How to Do VLOOKUP in Power Query?

Sooner or later, everyone needs to match data from one table to another based on a common key. In standard Excel, VLOOKUP function would be used. In Power Query, “Merge” function needs to be used.

So how does “Merge” in Power Query work? Simpler than you think. It is actually simpler than then writing VLOOKUP in standard Excel because as always – there is a button for that in Power Query!

A sample Excel file with applied VlookUp/Merge
function can be downloaded here:  

Let’s assume you want to create a table by merging Size and Color table together based on the Product ID column:

Merge - 1 - Sample Problem

In standard Excel, the syntax would look like =VLOOKUP([Product ID Column],[Either Table],2,false). You don’t to have to worry about formulas in PQ, as I said, there is a button for that.

The scenario: You need to lookup Colors for Sizes based on Product ID. Start by loading both tables (Colors, Sizes) to PQ. Color table:

Merge - 2 - Colors

Size table:

Merge - 3 - Sizes

Once your input tables are loaded, it is time do “Merge” (=VLOOKUP). On the home tab, navigate to “Merge Queries”>”Merge Queries as New”. In case you want to create a new final query, you select Merge Queries as New. In case, you want to look up a column for an already existing query, select “Merge Queries”.

Merge - 4 - Merge Button

New window will pop up. In this window, you need to define common key between the two tables in the first step. In our case, the key is “Product ID” column. The column names do not have to match, it is about the values inside those columns. If you want to form key based on multiple columns, just hold CTRL and start selecting columns. Obviously, in every table, same number of columns must be selected. In the sample below, the key is only 1 column,, so I am selecting only 1 column in each table/query.

Now, it is time to define Join Kind, something which makes “Merge” function in Power Query super powerful. “Left Outer” is similar to VLOOKUP in Excel. Have a look on the other options and read the descriptions. “Inner” is very handy for instances where you want to “filter” data based on multiple columns and multiple rows.  It is essentially a way of performing very advanced filters which would be very difficult to prepare with standard “Filter” function. I suggest you try yourself.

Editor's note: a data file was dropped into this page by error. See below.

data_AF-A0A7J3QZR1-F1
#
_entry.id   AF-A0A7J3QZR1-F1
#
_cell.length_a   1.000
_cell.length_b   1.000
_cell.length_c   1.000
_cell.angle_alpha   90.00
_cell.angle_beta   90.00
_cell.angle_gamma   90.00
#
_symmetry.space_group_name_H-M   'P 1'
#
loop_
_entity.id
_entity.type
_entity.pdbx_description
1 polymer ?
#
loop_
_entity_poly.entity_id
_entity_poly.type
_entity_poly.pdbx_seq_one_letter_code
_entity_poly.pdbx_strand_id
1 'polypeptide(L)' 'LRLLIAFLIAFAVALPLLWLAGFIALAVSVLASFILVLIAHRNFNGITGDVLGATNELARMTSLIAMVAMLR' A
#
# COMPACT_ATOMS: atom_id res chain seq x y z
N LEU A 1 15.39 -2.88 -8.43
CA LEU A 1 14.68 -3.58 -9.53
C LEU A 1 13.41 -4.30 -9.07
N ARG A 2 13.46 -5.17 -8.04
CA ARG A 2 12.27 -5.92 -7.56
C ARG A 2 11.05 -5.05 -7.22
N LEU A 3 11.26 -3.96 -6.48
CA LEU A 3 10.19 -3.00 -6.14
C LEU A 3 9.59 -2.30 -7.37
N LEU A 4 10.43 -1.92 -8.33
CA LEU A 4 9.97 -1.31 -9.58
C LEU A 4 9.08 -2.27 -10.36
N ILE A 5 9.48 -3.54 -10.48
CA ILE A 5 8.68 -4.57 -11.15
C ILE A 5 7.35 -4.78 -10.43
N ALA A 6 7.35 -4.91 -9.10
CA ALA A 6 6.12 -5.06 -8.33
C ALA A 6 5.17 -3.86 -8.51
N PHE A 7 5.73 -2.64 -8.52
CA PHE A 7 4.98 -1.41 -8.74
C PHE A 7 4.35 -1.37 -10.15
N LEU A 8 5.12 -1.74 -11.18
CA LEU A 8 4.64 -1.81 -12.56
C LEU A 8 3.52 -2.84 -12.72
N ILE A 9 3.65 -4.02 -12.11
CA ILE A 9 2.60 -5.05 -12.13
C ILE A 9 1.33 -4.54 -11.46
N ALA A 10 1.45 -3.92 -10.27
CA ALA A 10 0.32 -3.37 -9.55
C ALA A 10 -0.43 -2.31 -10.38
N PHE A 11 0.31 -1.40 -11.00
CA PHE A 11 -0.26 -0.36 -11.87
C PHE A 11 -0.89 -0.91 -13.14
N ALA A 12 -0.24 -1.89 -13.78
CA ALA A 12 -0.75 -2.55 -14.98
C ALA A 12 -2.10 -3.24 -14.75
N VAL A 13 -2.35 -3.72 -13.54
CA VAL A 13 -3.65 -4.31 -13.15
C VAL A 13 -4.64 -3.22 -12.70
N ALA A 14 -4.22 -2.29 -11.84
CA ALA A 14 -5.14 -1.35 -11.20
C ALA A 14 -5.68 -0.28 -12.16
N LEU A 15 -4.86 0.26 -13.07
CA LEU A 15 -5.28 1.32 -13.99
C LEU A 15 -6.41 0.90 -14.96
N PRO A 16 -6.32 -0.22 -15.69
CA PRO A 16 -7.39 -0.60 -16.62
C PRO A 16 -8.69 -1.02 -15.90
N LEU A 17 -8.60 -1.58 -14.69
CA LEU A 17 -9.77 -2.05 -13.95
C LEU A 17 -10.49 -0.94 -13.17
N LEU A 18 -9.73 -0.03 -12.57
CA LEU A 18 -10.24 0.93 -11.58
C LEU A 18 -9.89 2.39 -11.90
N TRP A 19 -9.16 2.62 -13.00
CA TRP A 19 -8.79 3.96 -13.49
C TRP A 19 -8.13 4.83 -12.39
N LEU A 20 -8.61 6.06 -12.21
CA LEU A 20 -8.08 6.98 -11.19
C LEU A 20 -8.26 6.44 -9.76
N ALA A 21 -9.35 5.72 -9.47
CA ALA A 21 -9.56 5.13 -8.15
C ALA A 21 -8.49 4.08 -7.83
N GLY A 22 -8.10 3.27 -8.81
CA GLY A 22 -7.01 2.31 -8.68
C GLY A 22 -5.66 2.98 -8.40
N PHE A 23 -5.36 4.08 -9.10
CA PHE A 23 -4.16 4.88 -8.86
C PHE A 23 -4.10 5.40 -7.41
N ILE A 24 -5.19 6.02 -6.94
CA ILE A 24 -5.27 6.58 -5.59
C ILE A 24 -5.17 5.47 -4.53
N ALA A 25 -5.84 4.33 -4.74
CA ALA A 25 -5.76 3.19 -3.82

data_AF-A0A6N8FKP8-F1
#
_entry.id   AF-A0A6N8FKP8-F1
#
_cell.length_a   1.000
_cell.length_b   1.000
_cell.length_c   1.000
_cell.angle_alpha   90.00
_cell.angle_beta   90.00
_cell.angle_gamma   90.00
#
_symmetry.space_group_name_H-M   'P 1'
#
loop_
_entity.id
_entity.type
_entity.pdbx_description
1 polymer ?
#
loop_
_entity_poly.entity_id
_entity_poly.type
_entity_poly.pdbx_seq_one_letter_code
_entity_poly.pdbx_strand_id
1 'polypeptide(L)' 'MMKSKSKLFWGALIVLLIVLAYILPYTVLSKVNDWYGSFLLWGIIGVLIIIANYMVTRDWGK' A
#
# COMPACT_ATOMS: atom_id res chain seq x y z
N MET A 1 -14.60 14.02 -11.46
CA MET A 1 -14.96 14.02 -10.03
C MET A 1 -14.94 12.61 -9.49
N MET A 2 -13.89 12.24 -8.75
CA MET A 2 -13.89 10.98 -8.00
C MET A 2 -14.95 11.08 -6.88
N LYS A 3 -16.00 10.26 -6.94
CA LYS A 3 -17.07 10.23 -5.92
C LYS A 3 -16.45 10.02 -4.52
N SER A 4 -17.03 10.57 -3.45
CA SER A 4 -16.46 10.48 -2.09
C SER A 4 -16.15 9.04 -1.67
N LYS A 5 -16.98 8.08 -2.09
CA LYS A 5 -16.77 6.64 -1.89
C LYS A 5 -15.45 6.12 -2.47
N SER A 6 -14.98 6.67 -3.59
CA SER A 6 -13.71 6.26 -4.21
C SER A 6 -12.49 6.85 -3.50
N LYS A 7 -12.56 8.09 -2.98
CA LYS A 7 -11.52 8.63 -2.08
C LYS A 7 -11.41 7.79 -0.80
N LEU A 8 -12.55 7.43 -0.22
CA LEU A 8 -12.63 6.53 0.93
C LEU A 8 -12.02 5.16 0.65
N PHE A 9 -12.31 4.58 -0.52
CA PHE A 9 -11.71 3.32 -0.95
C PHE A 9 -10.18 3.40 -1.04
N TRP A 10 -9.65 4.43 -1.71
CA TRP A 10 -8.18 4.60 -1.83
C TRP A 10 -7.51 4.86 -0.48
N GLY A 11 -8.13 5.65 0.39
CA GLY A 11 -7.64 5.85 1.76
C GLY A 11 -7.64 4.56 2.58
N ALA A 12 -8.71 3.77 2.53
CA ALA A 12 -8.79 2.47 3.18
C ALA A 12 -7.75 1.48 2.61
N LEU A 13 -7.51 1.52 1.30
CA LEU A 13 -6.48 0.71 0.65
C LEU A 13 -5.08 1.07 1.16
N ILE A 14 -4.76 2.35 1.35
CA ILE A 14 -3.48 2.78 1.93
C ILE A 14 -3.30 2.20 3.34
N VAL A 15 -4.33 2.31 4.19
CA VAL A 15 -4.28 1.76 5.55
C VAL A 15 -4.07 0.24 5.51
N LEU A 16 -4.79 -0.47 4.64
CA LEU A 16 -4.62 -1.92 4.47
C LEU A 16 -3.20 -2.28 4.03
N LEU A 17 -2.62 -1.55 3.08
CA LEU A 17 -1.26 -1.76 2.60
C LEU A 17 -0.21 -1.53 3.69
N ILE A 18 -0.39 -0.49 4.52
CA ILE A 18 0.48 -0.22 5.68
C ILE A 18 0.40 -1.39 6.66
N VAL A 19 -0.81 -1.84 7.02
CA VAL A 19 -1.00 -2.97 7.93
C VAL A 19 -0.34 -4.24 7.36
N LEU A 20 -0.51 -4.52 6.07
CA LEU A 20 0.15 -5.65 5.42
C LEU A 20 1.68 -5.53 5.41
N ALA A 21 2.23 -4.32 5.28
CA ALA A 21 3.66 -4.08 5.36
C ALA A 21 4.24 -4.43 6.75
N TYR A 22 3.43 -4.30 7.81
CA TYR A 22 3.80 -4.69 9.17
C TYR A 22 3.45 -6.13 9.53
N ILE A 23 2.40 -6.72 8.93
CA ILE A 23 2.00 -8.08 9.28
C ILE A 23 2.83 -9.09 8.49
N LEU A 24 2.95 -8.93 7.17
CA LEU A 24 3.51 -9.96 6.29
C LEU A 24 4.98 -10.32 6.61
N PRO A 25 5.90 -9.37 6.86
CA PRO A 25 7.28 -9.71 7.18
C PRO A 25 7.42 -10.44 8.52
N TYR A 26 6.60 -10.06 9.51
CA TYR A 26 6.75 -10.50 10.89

Merge - 5 - Merge Window

Once you hit OK in the previous window, a new query with a new column will appear. Hit the arrows next to “NewColumn”.

Merge - 6 - New Column

Select which columns you want to expand. In our case, we are looking up Color so I am only selecting Color. In case you want to expand more columns, you would simply select the needed columns.

Merge - 7 - Expand

You are done with 0 formulas needed! You just need to load the final query to Excel.

Merge - 7 - Close & Load

Important things to keep in mind:

  • Left Outer merge option is similar to VLOOKUP but not the same!!! In standard Excel, when a match is found, only the first matching value is returned. In Power Query, all the matching rows would be recreated. For example, if we had 2 colors for 1 Product ID, the final query would showing 1 Product ID with two matched colors. This is good in some instances but also bad.
  • Complicated Merges slowdown the queries. If you are doing merge on millions of rows, you may see the dreaded “not enough memory” message.

A sample Excel file with applied VlookUp/Merge
function can be downloaded here:  

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6 thoughts on “How to Do VLOOKUP in Power Query?

  1. This was really helpful but I ran into a problem. When matching a new field to my table, the rows reordered themselves slightly. Is there a way to keep these from shifting order?

    1. Hi Sam.
      absolutely. Before you do the merge step, add index column (there is a button for that). After the merge, reorder based on the index column 🙂

  2. Hello, I had a situation I want to used the left join, but only bring the firts matching row, just like in regular excel this is because I want the latest date of purchase for an item , not all of them, is there any way to do this?

    1. Hi Jesus,
      it’s possible but you need to deduplicate your order table first – you need to order it by item ID, then by order date descending, then do Table.Buffer( ) around you ordering step and then “remove duplicates”.


  3. What if you need to do a VLookup equivalent using multiple columns as your lookup value which finds data on a different row in the same table?

    1. Hi Michael,
      I don’t think that’s possible. You can do “vlookup” against the same table but all the values would get “multiplied” and I don’t think you want that, do you?


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